Left-brain advances are also happening on an individual story level: in debates, for example, over whether stacked bars or line charts are better for showing part-to-whole relationships, and in discussions around when interactivity should be used.

I classify these as left-brain debates to the extent that all participants agree that the goal is to lower cognitive load on the reader, ensure the intended message is conveyed accurately, and increase efficiencies in conveying information by eliminating elements, such as tooltips, that are not fit for that purpose.

Measuring (and valuing) journalism

The business of news has a big impact on which of the two types of journalism are valued, and therefore produced.

As a business, journalism is no different from any other: it provides a service to its customers and therefore must know whether its services meets its customers’ needs.

In that respect, online audience metrics are an important advance. It may not allow publishers to read the minds of their readers, but even as blunt a tool as unique visitors per article is a surgical scalpel compared to printed circulation numbers that were all newspapers had.

This has an impact on what journalism is funded, and therefore produced. Yes, experiments in using audience data to inform reporting on a granular level have largely failed. Yet the indirect effects, through staffing decisions and media company bankruptcies, are already being felt.

This is favouring left-brain journalism (although it doesn’t have to!). The crudeness of existing metrics and the inscrutability of the human mind means that it is much easier to measure utility rather than emotional impact. The positioning of journalism as product frames the discussion in the language of market economics which, as Lewis Hyde pointed out more than three decades ago, has always been bad at organising certain [read: right brain] spheres of life that are nonetheless important to us.

So what if the pendulum swings?

Why does this matter? Many would argue that only left-brain journalism is journalism. After all, isn’t the whole point of news to help people gain rational understanding of what’s going on in the world?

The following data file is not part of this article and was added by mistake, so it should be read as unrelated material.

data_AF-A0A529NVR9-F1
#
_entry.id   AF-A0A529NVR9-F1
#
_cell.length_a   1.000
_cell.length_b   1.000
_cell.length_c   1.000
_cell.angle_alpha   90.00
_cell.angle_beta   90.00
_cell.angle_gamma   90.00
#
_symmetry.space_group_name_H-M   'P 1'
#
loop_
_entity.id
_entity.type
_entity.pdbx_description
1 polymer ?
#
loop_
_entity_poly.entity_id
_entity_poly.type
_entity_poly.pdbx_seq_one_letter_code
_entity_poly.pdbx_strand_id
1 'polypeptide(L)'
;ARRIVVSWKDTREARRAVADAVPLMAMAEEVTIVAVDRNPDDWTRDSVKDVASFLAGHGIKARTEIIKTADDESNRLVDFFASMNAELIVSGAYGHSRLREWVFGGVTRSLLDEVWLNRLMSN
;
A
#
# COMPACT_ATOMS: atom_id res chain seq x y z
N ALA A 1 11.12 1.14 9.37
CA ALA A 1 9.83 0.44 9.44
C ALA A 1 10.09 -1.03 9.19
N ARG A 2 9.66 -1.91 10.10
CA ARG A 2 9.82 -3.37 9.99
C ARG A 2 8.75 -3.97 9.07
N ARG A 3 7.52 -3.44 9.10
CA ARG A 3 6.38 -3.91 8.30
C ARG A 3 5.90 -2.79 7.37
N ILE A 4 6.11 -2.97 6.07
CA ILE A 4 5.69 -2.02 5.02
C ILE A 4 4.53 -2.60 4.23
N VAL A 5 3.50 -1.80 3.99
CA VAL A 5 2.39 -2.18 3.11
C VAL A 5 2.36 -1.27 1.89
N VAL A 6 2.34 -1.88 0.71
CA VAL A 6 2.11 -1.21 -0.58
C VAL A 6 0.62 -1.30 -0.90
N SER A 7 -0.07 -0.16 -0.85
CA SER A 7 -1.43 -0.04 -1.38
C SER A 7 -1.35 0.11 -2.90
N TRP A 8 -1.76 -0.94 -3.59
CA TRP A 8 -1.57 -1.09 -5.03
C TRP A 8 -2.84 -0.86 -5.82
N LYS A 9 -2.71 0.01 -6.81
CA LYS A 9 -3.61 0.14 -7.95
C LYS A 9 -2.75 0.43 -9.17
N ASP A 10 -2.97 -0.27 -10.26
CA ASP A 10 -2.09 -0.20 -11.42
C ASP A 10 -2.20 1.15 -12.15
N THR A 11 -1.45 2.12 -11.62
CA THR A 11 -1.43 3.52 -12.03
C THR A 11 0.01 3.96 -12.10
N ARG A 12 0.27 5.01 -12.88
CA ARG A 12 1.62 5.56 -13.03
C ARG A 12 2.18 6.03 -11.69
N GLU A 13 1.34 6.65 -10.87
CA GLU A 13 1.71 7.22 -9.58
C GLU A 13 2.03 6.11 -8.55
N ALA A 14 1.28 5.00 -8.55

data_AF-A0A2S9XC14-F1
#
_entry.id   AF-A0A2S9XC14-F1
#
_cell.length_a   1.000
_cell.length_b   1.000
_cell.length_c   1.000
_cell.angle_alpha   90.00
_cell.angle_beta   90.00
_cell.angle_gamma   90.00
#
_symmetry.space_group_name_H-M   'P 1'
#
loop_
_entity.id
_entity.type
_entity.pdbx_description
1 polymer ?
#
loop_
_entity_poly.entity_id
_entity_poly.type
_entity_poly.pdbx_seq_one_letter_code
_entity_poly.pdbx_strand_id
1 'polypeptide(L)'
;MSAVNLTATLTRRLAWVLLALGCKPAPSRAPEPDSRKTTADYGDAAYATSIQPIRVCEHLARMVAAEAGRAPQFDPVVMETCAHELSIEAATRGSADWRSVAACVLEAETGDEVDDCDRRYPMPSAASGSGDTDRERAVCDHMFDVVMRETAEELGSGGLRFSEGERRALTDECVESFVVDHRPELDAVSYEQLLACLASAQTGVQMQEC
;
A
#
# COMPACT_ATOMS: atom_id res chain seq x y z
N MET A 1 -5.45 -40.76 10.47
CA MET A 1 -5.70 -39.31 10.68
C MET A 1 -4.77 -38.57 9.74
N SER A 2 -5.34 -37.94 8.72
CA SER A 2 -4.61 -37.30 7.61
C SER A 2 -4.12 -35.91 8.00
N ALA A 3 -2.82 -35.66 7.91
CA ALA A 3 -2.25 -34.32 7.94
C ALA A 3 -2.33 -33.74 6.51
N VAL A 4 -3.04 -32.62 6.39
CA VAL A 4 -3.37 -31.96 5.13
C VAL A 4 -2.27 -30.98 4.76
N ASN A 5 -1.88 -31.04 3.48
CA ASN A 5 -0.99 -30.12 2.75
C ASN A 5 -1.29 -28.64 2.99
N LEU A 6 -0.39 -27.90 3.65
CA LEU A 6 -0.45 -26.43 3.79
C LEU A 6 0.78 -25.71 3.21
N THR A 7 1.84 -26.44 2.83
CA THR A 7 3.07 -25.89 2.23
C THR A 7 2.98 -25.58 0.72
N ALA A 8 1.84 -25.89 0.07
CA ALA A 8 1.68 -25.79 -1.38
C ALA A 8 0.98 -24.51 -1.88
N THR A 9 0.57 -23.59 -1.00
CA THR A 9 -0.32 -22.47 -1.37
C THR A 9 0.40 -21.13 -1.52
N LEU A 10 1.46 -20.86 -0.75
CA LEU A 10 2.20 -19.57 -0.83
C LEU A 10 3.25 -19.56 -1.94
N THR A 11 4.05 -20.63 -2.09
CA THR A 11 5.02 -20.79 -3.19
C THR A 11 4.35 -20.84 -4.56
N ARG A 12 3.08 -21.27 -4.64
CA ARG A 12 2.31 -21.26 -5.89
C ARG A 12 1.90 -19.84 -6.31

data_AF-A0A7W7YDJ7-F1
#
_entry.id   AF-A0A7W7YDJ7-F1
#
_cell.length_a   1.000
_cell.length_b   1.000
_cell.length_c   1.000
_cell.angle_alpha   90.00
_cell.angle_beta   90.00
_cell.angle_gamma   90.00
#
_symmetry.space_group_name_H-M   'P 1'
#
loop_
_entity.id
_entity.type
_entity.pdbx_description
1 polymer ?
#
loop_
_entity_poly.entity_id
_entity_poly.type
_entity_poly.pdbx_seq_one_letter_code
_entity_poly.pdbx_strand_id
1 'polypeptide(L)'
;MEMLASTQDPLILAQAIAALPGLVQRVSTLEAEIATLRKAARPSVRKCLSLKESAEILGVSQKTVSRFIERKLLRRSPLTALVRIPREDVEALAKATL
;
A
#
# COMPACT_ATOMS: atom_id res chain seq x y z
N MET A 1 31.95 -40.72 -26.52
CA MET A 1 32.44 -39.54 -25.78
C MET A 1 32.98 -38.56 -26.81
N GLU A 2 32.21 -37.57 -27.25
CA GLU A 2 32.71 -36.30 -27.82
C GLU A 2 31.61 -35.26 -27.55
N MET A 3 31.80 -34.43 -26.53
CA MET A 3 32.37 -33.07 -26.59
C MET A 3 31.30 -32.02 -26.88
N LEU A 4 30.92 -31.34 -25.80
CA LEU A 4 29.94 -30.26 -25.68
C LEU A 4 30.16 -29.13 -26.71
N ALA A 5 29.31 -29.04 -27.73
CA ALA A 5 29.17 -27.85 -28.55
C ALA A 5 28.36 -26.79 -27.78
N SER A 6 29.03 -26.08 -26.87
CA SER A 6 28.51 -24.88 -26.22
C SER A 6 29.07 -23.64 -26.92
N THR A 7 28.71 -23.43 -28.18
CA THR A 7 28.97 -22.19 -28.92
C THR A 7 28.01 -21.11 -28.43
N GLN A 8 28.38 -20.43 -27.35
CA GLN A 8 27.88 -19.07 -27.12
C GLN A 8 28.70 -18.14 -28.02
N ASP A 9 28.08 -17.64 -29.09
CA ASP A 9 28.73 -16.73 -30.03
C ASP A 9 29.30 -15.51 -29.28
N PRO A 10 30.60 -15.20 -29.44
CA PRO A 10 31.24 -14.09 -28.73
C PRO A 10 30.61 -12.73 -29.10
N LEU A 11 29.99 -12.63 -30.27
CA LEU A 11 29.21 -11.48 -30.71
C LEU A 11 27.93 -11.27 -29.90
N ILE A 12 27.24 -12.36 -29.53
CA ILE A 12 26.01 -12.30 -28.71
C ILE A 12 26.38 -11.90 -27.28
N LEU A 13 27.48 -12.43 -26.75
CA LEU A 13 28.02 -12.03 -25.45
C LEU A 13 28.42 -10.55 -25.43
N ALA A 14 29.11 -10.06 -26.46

Perhaps, but there is at least some evidence that people do not understand the world through rational thought alone, and that narratives and worldviews play a central role in how we construct reality.

Facebook’s ‘blue feed, red feed’ reflects this, as does the rise of truthiness in political discourse. The vast gulf of understanding between Remainers and Brexiters in the UK, or Clinton and Trump supporters in the US, is a clear indictment of the limits of rational analysis.

The master and his emissary

I am indebted to Iain McGilchrist for my understanding of the difference between the two modes of thinking, but I am not as pessimistic as he was on technology’s effects on which mode we favour and develop.

I could point to virtual reality and games-as-journalism as new digital tools that push the boundaries of right-brain storytelling.

I could point to research showing that despite near-complete failures in the market economy, the democratising force of web publishing means that there is more right-brain journalism being produced now than ever before.

Right-brain journalism is far from being dead. The challenge, as it has always been, is simply to find new ways to create the conditions where such journalism can thrive, and celebrate the works that will inevitably be undervalued by the market economy.